Walter Steiner something similar to what today is happening on the Facebook page of Tom Daley [6].

UK diver and social-media star who alternates between posts on the daily life habitudes of an elite sportsman and astonishing images of his flying sculpted body; nevertheless, his boyfriend Dustin Lance Black is an American screenwriter, director, film and television producer. In Bright Like A Diamond, Carles Congost’s video The Artist Behind The Aura [7] does end with one very clear of these concessions to fiction, when the actor impersonating the artist asserts, “Whatever it was, it was working.

It did actually function pretty well and quite fast and I started to feel happy and released. I felt liberated, I felt free from some old responsibilities that suddenly were not mine anymore. I might have then seen a slight light far away. A pale but vibrant white light.

The certainty of knowing that things could begin to change for all of us.” 

There is a pretty big amount of joy in the visitation of popular aesthetics, it is the awakening after having been devoted to what Sarah & Charles clearly explain as “suspension

of disbelief”. Far from any second degree, über-felicity presents a clash between the expected and the desired, the pop taste and that of a mind placed slightly out of the path. What you are about to see is almost what you are expecting to view. As a matter of fact, in 2014, Carles Congost launched an EP featuring the italo-disco pop singer Ryan Paris entitled Pepsi Love [8]. By the time you’ll get to visit this exhibition, Sarah & Charles will have shoot their next video work, a counter piece to Props For Drama: Suspension of Disbelief, this time framed in a very naturalistic ambience, but still busy with the real-fake idiosyncrasy of the audiovisual format.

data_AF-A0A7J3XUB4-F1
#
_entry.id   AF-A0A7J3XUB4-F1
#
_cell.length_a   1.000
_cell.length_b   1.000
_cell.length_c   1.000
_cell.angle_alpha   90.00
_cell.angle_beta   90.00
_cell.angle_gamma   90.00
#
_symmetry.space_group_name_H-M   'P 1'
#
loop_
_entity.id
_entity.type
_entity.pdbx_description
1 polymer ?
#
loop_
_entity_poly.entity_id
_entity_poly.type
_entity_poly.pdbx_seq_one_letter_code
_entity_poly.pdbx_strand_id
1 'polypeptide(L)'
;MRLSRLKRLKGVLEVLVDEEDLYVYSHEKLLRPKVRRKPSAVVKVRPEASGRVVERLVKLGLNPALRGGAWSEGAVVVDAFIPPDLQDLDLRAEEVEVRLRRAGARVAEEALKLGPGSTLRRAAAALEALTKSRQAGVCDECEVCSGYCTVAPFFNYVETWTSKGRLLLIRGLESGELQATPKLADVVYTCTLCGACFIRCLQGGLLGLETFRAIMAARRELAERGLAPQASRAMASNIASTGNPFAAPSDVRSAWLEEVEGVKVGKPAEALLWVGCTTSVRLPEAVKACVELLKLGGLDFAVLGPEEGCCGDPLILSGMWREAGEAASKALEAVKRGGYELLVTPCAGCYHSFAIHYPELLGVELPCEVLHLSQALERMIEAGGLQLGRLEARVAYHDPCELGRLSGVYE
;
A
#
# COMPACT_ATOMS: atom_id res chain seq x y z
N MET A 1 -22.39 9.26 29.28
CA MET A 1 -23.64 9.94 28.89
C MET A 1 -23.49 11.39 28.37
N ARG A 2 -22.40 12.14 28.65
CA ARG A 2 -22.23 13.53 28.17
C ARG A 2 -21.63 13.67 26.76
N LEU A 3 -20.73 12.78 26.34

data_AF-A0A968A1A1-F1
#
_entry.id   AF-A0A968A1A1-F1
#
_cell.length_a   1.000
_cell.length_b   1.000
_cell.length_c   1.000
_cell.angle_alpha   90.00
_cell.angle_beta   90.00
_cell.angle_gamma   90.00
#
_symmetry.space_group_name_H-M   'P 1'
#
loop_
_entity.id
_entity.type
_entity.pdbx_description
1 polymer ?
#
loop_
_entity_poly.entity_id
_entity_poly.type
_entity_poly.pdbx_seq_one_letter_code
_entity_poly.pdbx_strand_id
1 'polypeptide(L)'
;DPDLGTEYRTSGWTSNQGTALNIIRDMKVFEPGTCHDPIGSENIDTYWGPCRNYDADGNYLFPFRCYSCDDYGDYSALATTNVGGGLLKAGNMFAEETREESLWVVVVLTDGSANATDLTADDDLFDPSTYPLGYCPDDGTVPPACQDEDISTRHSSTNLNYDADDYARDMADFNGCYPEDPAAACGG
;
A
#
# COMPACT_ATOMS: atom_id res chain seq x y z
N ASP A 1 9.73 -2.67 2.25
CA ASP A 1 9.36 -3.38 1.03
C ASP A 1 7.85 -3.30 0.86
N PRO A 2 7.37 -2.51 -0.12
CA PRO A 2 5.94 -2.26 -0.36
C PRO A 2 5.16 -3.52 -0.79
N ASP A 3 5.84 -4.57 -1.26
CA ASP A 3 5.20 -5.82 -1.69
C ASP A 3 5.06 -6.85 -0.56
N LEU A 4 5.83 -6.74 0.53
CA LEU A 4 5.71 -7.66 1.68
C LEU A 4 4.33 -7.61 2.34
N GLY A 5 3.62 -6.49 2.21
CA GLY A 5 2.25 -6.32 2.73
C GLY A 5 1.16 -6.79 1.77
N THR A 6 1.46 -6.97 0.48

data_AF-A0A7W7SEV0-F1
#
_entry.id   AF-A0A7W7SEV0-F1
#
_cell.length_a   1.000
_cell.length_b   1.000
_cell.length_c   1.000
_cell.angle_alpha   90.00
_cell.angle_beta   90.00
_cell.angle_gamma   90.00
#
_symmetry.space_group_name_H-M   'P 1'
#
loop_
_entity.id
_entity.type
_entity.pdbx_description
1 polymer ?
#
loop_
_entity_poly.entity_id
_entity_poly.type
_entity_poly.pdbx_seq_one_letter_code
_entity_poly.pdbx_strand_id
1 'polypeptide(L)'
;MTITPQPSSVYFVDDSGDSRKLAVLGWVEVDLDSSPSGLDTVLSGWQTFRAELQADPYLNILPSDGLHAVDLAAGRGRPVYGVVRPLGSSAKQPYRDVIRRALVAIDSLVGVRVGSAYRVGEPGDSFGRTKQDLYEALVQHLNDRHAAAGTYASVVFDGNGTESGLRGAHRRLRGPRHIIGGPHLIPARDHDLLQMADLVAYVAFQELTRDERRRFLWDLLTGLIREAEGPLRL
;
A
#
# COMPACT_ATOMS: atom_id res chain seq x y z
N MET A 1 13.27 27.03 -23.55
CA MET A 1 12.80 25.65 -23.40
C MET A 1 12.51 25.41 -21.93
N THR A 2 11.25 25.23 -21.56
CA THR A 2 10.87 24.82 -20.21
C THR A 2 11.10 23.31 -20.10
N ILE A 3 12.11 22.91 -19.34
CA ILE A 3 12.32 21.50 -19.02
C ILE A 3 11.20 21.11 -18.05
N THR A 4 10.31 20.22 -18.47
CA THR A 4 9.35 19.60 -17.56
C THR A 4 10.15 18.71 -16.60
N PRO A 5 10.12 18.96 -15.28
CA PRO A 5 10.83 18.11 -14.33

This is the story of the exhibition that you are about to enjoy.

[1] Lily McMenamy, “Google Poetics” in 89plus Marathon, exhibition co-curated by Simon Castets and Hans Ulrich Obrist (London: Serpentine Galleries, 2013), see: (accessed 22 July 2014).

[2] Bad Painting by Carles Congost is a spin-off of his previous video work La Mala Pintura, 2008. The series Bad Painting is currently composed by two chapters and will be completed with new videos to come.

[3] Props For Drama: Plot Hole, 2013Multichannel video, Full HD, colour, stereo sound, 20 minutes

[4] “Guest List”, Vogue Hommes International Paris, hors-série 19 (Spring - Summer 2014): p. 70

[5] Props For Drama: Suspension of Disbelief, 2013Single channel video, Full HD, color, stereo sound, 16:9, 14 minutes, 07 seconds[

6] Follow Tom Daley on (accessed 26 August 2014)

[7] The Artist Behind The Aura, 2014Single channel video, Full HD, color, stereo sound, 16:9, 25 minutes approx.

[8] Listen to Pepsi Love (Woman On Holiday 2014, Barcelona) on (accessed 27 August 2014)

[9] Follow Komplot on (accessed 27 August 2014)